This report is produced by OCHA Libya in collaboration with humanitarian partners.
Since the onset of armed conflict in and around Tripoli, over 13,500 individuals have been displaced. Some 4,000 of them were displaced within the last 24 hours.
The humanitarian community is concerned about rising numbers of civilian casualties, including medical personnel. Within just in one week, three medical personnel have been killed and five ambulances have been incapacitated by shrapnel.
The humanitarian community remains committed to assist those in Libya in need of assistance during this time of crisis. The Rapid Response Mechanism in Libya has been activated on 11 April, and within two days already reached 2,000 individuals with a key package that includes hygiene kits, dignity kits, NFI kits and food rations.
13,500+ individuals have been displaced since the onset of fighting. This includes the movement of some 4,000 additional individuals in the last 24 hours.
3,900 people who requested their evacuation from conflictaffected areas could not be evacuated to comparatively safer areas.
900+ individuals currently reside in collective shelters, and local authorities are setting up additional shelters to receive displaced families.
$190m is required to meet the funding requirement of the 2019 Humanitarian Response Plan.
Additional funding is urgently needed.
Significant numbers of civilians remain stuck in areas affected by conflict, such as Sawani, Azizia, Qasr Ben Ghashir, Khallet Forjan, Ain Zara and Wadi Al-Rabee, unable to move to comparatively safer areas. To date, first responders have received some 881 requests for evacuations. However, only 119 evacuations could be successfully conducted, and only eight of them occurred in the last 24 hours. This translates to some 4,500 people requesting their evacuation, with only 600 people managing to secure a safe exit. Low evacuation rates have been attributed to ongoing clashes, and reports of the indiscriminate and deliberate targeting of ambulance vehicles. Additionally, many doctors and ambulance drivers were reported to have pulled out of the rescue operations, citing the unsustainable risk they were exposed to.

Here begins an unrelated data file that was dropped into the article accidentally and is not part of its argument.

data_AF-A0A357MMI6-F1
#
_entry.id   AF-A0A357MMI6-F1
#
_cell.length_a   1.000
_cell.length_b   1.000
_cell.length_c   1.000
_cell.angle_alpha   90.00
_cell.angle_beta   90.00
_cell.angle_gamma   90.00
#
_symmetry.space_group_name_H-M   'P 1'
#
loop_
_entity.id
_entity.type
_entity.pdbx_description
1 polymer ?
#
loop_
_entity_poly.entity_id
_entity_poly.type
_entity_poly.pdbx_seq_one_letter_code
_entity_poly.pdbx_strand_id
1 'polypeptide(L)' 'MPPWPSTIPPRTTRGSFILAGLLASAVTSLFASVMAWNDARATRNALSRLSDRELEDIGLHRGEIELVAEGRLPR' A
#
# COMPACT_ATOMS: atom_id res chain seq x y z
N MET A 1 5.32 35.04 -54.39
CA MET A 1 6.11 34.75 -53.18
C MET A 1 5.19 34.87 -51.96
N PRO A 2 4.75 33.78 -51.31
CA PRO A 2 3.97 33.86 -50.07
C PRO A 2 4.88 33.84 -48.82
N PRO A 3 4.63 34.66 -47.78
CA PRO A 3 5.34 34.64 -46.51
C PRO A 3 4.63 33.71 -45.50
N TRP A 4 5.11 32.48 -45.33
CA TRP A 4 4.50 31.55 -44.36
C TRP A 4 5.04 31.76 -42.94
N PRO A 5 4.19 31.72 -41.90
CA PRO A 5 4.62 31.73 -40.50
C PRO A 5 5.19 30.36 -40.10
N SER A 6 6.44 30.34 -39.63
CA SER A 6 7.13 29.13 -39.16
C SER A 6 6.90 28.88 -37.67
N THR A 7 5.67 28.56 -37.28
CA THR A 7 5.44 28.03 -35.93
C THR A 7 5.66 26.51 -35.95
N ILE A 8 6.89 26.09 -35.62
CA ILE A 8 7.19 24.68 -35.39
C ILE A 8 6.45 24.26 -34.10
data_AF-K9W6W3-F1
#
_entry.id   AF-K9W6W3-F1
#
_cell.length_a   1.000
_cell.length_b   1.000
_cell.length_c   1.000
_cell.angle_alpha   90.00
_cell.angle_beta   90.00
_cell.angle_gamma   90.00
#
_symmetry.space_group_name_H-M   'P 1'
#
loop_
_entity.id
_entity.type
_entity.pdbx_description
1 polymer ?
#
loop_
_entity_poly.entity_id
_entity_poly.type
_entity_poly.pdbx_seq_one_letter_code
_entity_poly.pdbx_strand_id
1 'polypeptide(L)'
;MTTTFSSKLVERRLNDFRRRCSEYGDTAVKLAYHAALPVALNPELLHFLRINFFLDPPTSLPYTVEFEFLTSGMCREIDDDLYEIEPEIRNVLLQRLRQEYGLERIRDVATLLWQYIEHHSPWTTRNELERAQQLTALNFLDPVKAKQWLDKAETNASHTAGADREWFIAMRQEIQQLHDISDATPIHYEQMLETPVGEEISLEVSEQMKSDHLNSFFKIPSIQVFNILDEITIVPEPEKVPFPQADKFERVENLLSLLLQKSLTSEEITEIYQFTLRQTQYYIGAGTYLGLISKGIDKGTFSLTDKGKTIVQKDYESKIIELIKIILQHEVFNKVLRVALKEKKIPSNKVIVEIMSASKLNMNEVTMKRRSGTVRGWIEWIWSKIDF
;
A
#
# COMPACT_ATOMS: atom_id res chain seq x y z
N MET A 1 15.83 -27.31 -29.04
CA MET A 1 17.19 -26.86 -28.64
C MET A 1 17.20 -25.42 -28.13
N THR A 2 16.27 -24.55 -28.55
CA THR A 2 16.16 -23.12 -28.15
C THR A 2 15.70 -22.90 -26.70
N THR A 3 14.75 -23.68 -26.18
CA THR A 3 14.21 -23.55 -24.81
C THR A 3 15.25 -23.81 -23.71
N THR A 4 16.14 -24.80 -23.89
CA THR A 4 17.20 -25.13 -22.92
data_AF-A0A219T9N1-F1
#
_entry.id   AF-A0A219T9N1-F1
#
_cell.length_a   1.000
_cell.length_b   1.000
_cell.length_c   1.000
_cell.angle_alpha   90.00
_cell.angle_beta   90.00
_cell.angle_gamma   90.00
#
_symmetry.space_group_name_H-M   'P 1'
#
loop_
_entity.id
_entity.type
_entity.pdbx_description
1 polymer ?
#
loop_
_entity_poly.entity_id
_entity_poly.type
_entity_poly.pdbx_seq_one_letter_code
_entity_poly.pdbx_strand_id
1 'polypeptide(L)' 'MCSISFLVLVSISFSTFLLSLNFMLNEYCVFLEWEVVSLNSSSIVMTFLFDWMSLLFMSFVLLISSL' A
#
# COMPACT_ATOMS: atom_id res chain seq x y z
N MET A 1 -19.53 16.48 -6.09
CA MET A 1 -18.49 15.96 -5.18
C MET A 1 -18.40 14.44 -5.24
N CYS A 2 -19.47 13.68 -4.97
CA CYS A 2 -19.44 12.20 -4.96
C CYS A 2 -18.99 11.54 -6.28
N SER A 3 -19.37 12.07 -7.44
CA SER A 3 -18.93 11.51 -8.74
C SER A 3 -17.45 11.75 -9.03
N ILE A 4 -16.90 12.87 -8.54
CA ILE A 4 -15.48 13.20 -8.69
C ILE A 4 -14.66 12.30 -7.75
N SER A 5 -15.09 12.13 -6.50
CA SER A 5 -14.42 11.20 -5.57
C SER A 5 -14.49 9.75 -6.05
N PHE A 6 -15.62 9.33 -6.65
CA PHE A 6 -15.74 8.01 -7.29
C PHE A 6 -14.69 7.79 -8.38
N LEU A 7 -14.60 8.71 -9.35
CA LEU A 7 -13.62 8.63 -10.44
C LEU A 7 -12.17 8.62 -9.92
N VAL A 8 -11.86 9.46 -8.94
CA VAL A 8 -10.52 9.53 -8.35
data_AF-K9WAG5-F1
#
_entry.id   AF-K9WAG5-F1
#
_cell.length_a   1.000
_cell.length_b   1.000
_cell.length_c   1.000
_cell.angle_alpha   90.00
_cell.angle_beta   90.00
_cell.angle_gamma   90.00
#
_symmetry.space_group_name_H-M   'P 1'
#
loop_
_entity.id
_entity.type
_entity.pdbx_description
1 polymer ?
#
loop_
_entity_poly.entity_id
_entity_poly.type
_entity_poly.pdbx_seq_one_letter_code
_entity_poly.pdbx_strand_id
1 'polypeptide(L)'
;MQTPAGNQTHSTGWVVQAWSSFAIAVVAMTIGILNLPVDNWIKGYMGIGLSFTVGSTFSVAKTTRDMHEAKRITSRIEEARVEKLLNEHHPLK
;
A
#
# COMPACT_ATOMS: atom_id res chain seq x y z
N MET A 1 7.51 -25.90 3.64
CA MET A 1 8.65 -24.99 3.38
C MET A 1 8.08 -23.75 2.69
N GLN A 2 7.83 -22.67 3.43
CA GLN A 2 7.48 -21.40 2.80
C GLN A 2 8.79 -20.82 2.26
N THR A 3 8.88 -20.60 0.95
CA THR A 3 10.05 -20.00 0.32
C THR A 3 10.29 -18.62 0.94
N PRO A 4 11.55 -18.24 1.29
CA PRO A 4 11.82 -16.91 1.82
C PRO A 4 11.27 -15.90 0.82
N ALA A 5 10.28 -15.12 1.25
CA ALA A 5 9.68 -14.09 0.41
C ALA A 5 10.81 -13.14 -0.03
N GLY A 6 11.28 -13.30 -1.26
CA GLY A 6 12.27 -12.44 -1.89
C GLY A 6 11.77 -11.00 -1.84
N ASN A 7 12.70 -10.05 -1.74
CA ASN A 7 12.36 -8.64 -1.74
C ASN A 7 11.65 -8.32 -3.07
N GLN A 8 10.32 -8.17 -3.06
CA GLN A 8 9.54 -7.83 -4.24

The humanitarian community is concerned about rising numbers of civilian casualties, including medical personnel. Just yesterday, on 11 April, indiscriminate artillery shelling on densely populated and residential areas in Al-Swani in the southern outskirts of Tripoli resulted in the death of one civilian and three injuries, two of whom remain in critical condition. Within just in one week, three medical personnel have been killed and five ambulances have been incapacitated by shrapnel. In a statement today, the Humanitarian Coordinator has reminded all parties to the conflict of their obligation to prevent harm to civilians, safeguard civilian infrastructure and to ensure safe, unimpeded and sustained humanitarian access by emergency services and aid workers to all affected people.
Displacement numbers continue to steadily increase. As per DTM, since the onset of armed conflict on 05 April 2019, over 13,500 individuals have been displaced. This includes the recent displacement of some 4,000 individuals within the last 24 hours. Most displaced households are currently staying with family and acquaintances or in private accommodation. Key reception areas are Tripoli, Tajoura, Swani, and Janzour, amidst other locations. The number of IDPs identified in collective shelters in Tripoli and surrounding areas has increased to over 900 individuals, and local authorities are setting up additional shelters to receive displaced families
- UN Office for the Coordination of Humanitarian Affairs
- To learn more about OCHA's activities, please visit https://www.unocha.org/.